Is there a term for the mutual romantic affection for another person that develops as a result of continued or repeated proximity or encounters. I was hoping that "propinquity" would cover that effect, but that only relates to the situational nearness.


1 Answer 1


It's called the Propinquity Effect

The propinquity effect is the tendency for people to form friendships or romantic relationships with those whom they encounter often, forming a bond between subject and friend. Workplace interactions are frequent and this frequent interaction is often a key indicator as to why close relationships can readily form in this type of environment.1 In other words, relationships tend to form between those who have a high propinquity. It was first theorized by psychologists Leon Festinger, Stanley Schachter, and Kurt Back in what came to be called the Westgate studies conducted at MIT (1950).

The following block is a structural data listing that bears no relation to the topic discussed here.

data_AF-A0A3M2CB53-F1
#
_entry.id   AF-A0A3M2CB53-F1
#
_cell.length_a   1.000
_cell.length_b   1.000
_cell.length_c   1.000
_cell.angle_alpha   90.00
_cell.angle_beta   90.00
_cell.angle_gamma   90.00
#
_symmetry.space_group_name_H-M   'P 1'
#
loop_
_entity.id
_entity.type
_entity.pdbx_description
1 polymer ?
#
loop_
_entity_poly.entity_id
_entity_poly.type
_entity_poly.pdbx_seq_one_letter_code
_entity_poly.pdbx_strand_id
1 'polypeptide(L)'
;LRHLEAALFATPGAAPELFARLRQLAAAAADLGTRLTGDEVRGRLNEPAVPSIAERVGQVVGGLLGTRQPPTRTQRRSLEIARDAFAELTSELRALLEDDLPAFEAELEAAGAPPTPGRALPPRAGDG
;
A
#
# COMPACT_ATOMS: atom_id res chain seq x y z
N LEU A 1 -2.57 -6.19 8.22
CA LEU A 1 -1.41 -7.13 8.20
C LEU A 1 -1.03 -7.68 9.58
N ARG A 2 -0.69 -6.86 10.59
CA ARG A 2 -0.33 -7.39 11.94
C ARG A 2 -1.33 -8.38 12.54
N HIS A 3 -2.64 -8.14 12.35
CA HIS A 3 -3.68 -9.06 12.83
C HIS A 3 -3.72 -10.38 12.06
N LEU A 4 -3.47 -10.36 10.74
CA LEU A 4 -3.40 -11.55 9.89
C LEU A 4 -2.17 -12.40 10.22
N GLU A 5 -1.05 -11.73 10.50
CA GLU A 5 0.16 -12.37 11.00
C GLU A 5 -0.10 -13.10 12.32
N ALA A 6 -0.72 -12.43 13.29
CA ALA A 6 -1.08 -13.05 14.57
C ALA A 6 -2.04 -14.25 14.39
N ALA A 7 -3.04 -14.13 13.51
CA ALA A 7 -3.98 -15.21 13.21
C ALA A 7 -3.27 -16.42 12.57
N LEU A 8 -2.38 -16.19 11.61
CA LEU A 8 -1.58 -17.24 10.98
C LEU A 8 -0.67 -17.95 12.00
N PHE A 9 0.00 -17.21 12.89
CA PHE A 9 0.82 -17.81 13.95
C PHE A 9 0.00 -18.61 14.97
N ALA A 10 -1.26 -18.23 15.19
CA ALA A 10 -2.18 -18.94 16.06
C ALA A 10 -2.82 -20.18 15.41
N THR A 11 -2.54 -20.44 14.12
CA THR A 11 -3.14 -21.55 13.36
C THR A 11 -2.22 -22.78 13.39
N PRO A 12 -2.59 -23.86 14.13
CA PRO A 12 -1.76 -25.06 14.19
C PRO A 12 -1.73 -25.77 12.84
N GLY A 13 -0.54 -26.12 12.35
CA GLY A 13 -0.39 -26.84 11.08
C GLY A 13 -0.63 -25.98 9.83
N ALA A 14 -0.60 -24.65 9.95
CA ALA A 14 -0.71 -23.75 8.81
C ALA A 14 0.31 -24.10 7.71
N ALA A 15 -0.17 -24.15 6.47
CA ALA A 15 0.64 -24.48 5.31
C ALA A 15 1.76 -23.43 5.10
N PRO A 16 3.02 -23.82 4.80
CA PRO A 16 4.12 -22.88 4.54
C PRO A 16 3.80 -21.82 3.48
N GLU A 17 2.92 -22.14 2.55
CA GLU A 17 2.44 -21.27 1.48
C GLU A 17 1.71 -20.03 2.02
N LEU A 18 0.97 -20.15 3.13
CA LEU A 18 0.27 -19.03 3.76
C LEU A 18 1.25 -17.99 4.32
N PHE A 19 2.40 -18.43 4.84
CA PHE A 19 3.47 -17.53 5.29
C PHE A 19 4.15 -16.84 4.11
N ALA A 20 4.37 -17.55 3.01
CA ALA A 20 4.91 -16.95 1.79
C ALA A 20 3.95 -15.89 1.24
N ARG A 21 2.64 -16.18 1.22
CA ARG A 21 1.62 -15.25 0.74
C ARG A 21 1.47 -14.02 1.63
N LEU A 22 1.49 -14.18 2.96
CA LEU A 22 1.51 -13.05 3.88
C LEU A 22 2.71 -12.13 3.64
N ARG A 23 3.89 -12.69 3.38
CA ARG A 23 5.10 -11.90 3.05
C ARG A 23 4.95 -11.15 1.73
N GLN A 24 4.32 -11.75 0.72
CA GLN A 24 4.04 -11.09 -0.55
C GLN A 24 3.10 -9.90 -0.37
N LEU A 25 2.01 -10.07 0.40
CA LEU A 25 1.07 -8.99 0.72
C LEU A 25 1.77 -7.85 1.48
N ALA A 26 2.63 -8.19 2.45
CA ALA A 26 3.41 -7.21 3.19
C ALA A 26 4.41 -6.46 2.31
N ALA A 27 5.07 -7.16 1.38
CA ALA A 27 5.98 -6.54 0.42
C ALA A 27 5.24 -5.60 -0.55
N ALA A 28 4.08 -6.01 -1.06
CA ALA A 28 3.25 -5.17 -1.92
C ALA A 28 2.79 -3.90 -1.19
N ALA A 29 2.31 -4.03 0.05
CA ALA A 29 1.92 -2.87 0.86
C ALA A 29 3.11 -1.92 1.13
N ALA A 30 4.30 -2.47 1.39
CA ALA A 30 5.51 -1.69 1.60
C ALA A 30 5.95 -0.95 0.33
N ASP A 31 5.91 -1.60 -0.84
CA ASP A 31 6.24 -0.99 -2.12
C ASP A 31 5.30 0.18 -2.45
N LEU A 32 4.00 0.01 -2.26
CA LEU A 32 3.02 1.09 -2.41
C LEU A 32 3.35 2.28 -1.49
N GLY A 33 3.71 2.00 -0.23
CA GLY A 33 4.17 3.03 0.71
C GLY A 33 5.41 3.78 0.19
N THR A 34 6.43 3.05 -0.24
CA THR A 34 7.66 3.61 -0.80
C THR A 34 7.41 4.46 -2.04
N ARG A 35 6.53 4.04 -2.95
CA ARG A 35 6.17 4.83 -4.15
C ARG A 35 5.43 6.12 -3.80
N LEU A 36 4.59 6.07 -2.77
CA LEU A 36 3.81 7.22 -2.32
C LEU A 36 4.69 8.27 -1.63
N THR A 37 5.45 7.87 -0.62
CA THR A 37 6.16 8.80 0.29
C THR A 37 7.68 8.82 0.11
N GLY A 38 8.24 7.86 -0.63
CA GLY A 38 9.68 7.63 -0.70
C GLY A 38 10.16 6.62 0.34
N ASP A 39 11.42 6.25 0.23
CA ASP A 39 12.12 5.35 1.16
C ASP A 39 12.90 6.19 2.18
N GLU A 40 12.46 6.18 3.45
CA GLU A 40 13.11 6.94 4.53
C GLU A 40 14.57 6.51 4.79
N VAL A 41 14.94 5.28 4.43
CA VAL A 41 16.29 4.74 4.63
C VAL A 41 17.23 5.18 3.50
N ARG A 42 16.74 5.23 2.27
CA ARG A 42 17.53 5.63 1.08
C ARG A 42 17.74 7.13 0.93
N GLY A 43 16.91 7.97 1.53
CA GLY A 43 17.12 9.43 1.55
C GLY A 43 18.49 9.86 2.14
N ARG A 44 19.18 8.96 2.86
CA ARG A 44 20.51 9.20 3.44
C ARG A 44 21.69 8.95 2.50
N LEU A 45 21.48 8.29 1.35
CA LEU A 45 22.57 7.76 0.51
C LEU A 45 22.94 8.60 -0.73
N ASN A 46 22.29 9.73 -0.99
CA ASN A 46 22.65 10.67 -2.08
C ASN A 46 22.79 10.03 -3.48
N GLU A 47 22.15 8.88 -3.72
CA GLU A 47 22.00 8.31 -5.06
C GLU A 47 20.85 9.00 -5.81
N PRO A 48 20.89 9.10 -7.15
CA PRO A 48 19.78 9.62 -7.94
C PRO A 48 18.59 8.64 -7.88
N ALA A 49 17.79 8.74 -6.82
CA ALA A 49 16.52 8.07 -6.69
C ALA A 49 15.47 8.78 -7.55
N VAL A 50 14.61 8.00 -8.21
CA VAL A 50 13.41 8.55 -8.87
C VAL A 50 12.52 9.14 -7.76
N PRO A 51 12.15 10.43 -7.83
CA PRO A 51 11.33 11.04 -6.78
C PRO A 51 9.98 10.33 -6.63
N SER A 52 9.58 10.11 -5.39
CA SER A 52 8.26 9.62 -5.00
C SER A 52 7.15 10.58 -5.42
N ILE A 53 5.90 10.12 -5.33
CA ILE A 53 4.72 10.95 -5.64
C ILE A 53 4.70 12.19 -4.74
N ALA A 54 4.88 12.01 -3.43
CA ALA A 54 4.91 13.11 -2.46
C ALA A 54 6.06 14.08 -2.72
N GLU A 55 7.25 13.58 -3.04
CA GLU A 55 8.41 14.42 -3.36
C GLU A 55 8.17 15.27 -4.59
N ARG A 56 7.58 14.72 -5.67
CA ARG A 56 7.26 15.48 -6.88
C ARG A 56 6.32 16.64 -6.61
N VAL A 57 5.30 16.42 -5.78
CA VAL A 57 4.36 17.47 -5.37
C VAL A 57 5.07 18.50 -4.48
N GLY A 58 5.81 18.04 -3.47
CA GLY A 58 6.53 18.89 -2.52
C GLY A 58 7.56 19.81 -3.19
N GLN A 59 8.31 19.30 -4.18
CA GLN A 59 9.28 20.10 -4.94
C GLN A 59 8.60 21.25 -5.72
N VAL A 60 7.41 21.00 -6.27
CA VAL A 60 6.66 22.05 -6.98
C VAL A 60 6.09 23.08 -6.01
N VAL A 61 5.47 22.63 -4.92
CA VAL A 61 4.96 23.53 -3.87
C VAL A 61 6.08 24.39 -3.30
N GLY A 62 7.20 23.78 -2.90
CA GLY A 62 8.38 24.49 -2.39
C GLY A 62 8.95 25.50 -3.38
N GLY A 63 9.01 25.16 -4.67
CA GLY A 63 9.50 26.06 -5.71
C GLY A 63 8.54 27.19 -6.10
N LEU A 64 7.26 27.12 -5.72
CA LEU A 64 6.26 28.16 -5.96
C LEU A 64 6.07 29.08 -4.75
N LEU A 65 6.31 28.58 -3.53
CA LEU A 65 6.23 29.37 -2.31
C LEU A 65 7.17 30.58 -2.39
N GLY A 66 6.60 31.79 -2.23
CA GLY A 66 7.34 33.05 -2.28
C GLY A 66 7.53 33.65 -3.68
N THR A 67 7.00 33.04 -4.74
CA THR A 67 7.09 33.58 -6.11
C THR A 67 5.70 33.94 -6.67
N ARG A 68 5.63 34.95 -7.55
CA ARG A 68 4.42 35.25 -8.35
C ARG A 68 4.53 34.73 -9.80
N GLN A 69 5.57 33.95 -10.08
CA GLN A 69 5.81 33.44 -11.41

Incidentally, propinquity in social psychology refers to physical or psychological proximity. … It can mean physical proximity, a kinship between people, or a similarity in nature between things ("like-attracts-like"). Two people living on the same floor of a building, for example, have a higher propinquity than those living on different floors, just as two people with similar political beliefs possess a higher propinquity than those whose beliefs strongly differ.

So, propinquity it is, after all.

Also, in interpersonal attraction, the more often someone interacts with a person, the more pleasing and likeable they find that person. That's the familiarity principle (mere exposure effect).

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